As the Scots among you will know, Burns Night is huge in Edinburgh. Haggis, neeps & tatties (that's turnip and potatoes to the rest of us) and the obligatory whisky is a celebration to the famed Scottish poet Robbie Burns. Those of you who were terrorised by Of Mice and Men may know the poem from which the title is taken.
As soon as you hit the border though, Burns Night is all but forgotten/ignored, and that's what I want to blog about. Even though we're all on the same land mass, there are some culture differences between Scotland and England, especially when you're a student from one in the other. Pizza crunch (deep fried pizza) is actually a thing, Irn Bru is the best hangover cure, and I'm not even going to talk about the joys of square sausage, tattie scones and haggis. It's not all food though, the Scots practically speak a different language. I often have to ask friends to repeat words or explain what they mean- patched, ned and jakey to name a few... When your flatmates live close to home, it does make it sink in how far away Scotland actually is. A lot of the Scots here have loads of friends from home at the same unis because there aren't that many Scottish unis, but for residents of Scotland, they're £9000 cheaper per year than studying in England. It can get a bit lonely knowing that your closest friend from home is in Newcastle/ Durham/ Leeds/ Liverpool/ even further away, and that it's hard to visit when trains are so long and so expensive. That being said, there are lots of English students up here, particularly from London, so it doesn't feel too foreign!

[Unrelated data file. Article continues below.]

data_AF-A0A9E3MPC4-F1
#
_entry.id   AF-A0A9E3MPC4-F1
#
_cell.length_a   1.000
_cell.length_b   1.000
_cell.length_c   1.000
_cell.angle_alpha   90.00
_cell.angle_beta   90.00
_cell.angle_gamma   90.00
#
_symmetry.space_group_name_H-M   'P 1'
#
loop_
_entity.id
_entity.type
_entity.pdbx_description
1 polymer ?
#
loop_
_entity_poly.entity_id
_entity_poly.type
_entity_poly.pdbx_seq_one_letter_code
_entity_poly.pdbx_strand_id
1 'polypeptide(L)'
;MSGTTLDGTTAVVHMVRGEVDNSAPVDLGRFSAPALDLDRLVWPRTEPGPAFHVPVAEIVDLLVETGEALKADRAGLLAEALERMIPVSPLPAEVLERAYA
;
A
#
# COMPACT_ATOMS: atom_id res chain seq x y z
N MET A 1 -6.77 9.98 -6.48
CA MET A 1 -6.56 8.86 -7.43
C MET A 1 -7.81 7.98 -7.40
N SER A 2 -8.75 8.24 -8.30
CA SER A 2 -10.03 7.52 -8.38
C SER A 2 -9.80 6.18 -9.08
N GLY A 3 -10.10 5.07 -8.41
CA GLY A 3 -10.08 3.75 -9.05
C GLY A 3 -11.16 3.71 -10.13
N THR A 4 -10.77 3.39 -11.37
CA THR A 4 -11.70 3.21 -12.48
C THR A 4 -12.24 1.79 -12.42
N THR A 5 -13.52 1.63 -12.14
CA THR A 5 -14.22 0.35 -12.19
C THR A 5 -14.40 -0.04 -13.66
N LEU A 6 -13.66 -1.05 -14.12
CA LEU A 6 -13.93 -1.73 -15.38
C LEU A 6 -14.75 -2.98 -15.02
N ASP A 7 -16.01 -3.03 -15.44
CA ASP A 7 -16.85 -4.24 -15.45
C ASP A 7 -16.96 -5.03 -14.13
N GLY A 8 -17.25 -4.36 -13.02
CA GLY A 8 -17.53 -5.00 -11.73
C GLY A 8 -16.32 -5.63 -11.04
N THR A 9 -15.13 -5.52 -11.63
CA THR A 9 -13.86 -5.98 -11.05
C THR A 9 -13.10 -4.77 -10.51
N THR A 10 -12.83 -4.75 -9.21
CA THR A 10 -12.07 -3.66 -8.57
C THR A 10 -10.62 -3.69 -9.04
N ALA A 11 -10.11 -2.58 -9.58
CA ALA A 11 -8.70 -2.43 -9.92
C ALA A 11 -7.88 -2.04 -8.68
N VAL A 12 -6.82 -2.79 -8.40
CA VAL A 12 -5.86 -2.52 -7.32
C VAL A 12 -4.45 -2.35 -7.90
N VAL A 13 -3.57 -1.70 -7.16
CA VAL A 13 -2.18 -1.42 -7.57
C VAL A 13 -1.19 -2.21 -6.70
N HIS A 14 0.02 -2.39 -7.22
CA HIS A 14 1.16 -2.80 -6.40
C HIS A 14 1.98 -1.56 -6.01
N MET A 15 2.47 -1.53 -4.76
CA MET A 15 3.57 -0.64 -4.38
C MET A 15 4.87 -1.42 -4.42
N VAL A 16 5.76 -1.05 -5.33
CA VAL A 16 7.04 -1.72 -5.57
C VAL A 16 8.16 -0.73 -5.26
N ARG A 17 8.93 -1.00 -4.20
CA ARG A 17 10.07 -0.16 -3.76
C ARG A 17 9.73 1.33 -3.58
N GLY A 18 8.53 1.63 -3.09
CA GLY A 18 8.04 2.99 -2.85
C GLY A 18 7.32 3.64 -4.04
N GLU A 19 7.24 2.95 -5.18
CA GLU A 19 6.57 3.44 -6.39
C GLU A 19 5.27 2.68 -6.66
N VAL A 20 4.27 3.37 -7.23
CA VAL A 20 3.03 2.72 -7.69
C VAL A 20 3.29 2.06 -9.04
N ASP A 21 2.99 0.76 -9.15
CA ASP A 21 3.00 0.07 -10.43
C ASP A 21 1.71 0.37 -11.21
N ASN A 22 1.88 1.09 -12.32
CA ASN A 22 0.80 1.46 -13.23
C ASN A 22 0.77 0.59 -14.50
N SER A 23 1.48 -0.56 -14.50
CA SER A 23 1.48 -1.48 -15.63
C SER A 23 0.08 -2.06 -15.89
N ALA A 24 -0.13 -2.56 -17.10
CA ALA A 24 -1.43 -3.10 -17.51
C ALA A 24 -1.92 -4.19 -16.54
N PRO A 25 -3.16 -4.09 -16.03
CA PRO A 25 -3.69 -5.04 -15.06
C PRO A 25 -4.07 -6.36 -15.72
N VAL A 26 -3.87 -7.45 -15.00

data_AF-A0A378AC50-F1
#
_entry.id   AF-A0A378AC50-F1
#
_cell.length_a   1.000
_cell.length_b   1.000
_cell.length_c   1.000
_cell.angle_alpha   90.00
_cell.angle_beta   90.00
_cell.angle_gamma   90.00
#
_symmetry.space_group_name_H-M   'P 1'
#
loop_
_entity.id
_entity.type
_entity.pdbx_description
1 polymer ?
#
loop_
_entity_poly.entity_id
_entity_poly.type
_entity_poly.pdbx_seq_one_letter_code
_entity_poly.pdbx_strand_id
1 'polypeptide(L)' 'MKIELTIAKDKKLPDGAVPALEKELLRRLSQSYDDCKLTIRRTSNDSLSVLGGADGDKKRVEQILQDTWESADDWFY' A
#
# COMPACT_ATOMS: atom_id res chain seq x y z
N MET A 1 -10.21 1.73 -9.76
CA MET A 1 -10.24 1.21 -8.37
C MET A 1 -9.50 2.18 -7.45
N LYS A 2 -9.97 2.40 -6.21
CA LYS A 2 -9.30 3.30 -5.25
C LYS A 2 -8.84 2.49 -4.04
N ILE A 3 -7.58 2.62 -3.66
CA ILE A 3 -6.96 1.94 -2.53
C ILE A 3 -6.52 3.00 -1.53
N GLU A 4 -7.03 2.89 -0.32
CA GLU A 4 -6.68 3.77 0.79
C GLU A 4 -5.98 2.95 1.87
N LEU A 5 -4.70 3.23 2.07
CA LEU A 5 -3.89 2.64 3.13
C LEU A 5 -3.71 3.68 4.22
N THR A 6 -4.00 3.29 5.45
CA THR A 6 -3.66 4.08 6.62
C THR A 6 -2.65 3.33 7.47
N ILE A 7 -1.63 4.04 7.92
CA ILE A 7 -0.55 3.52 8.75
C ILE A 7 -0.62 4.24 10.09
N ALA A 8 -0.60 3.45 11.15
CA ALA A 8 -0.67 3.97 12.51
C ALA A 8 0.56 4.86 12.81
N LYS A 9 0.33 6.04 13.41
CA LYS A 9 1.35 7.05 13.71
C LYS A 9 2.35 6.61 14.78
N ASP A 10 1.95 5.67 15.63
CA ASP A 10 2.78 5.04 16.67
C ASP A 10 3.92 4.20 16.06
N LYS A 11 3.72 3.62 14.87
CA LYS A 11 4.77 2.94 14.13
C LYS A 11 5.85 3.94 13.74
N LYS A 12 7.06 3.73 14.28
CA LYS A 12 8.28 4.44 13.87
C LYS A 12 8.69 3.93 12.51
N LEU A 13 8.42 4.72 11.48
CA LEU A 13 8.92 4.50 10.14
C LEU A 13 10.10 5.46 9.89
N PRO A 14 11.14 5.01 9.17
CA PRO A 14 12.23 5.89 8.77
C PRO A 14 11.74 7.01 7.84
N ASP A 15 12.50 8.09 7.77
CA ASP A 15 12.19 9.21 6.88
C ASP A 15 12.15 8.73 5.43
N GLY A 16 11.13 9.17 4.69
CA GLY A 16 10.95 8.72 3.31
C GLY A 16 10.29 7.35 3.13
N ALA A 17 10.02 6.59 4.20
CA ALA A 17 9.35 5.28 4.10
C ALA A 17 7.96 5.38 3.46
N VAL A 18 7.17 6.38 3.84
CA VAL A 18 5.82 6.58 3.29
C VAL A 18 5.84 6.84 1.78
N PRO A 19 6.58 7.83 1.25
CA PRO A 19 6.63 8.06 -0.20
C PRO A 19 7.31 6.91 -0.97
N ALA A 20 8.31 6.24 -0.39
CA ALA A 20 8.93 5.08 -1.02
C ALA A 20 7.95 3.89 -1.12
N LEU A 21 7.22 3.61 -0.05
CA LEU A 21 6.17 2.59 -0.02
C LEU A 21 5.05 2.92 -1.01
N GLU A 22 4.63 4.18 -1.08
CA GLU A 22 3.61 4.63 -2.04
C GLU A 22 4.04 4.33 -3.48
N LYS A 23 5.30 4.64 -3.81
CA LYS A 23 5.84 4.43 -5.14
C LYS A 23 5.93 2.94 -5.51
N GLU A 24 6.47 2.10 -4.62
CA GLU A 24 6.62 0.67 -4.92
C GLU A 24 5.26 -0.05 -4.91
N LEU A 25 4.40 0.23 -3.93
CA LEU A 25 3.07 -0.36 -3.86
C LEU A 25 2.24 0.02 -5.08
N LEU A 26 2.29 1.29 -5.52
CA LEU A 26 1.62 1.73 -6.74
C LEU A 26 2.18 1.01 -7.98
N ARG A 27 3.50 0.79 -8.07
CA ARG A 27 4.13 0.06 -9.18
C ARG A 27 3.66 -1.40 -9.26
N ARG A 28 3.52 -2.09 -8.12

My only advice to anyone accepting offers right now is to visit the unis one last time, and to really think about what's the right choice for you. It's not about which one is highest ranked or oldest or most prestigious, but which is the best fit for you. Had I have thought more about it, maybe I wouldn't be writing the next blog post that will be up next week!
Keep reading lovelies x